This summer at TRIALOG we looked systematically at the level of participation of EU13 civil society organisations (CSOs) in different European Commission (EC) funding schemes, namely in Development Education and Awareness Raising (DEAR) projects, in development cooperation projects in the Global South and projects in the area of humanitarian action.
Three papers were published:
• A Decade of EU13 Civil Society Participation in European Development Education and Awareness Raising Projects, June 2014
• A Decade of EU13 Civil Society Participation in European Development Cooperation Projects, July 2014
• A Decade of EU13 Civil Society Participation in European Humanitarian Actions, August 2014
To mark the 10 year anniversary of EU enlargement in 2014, we looked back at the last decade. The studies were put together on the basis of publicly available information from EC websites and databases, and supported by a questionnaire sent to EU13 CSOs.
The findings revealed that EU13 CSOs have been quite successful in securing EC DEAR grants while the implementation of EC development cooperation and humanitarian action projects has been extremely limited. EU13 CSOs lead the implementation of 14.1% of the budget of EC DEAR grants between 2004 and 2013 – the EC did not meet its aim to allocate 20% of the budget for DEAR grants to EU10/12 CSOs, but came close to achieving the aim in some years. However, 88% of the DEAR projects included at least one partner from EU13 which shows a large extent of partnerships between EU13 and EU15 CSOs.
Analysis of some of the most important EC development cooperation programmes (e.g. Investing in People, the European Instrument for Democracy and Human Rights and others) revealed extremely limited participation of EU13 CSOs in these project schemes. Out of the 3921 grants analysed, only 30 were awarded to EU13 CSOs, representing 0.75% of the grants analysed.
Within the last ten years, only 42 European humanitarian projects were implemented by five different EU13 CSOs coming from four different countries – the Czech Republic, Poland, Slovenia and Slovakia. During 2004-2012, EU13 CSOs managed to obtain only 0.41% of the total funding for humanitarian operations awarded by DG ECHO to CSOs. 99.59% of the funding was awarded to CSOs from the EU15 and European Economic Area countries.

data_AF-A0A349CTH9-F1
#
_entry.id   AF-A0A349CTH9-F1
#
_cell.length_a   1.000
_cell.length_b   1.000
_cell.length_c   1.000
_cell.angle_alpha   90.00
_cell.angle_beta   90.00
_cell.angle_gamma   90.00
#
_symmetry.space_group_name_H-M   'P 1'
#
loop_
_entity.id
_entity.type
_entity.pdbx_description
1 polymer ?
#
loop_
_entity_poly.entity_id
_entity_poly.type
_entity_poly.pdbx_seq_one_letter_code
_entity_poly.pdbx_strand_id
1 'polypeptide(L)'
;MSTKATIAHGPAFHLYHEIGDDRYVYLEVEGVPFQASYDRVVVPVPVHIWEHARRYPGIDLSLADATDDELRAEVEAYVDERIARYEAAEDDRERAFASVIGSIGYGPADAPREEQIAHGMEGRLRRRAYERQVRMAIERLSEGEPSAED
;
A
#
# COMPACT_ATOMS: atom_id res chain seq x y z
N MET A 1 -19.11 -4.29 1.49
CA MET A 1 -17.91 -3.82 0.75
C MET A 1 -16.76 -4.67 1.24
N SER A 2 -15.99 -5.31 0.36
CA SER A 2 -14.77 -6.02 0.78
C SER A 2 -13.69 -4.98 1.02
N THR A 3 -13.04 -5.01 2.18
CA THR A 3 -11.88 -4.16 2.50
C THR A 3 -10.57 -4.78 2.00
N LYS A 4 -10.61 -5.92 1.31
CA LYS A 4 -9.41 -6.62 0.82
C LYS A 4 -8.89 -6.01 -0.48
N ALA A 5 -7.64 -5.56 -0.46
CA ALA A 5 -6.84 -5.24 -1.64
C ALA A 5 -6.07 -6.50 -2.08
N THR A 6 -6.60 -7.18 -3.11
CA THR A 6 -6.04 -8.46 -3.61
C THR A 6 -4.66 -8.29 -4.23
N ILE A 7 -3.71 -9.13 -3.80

Among the EU13 group there were considerable differences noticed in terms of implementation of EC funded grants. Czech CSOs implemented the most projects in all three categories. Hungarian CSOs also implemented a considerable amount of DEAR and development cooperation projects as did the Polish CSOs with DEAR and humanitarian action projects.
The studies identified numerous issues that pose difficulties for EU13 development CSOs to participate to a larger extent in the EU-funded project schemes. They include the big sizes of the project grants and inability to raise co-financing for the projects; lack of experience in managing such large scale projects; limited “field experience” in the Global South and ability to identify partners for the projects.
Some recommendations from the study to address the current situation are for the EC to encourage and open up opportunities for EU13 CSOs to partner up with EU15 and non-European CSOs for implementing joint development cooperation projects on the ground or to implement humanitarian action e.g. through junior partner schemes; Member States to ensure predictable and reliable co-financing schemes for EC projects for national CSOs; Different stakeholders, including from civil society, European institutions, national governments to have a multi-stakeholder dialogue on the role and participation of EU13 CSOs in implementing European development cooperation and humanitarian assistance projects with the view to find solutions for the current extremely low involvement of EU13 CSOs in these programmes.
Download the Studies from our website.
Information provided by Mirjam Sutrop, TRIALOG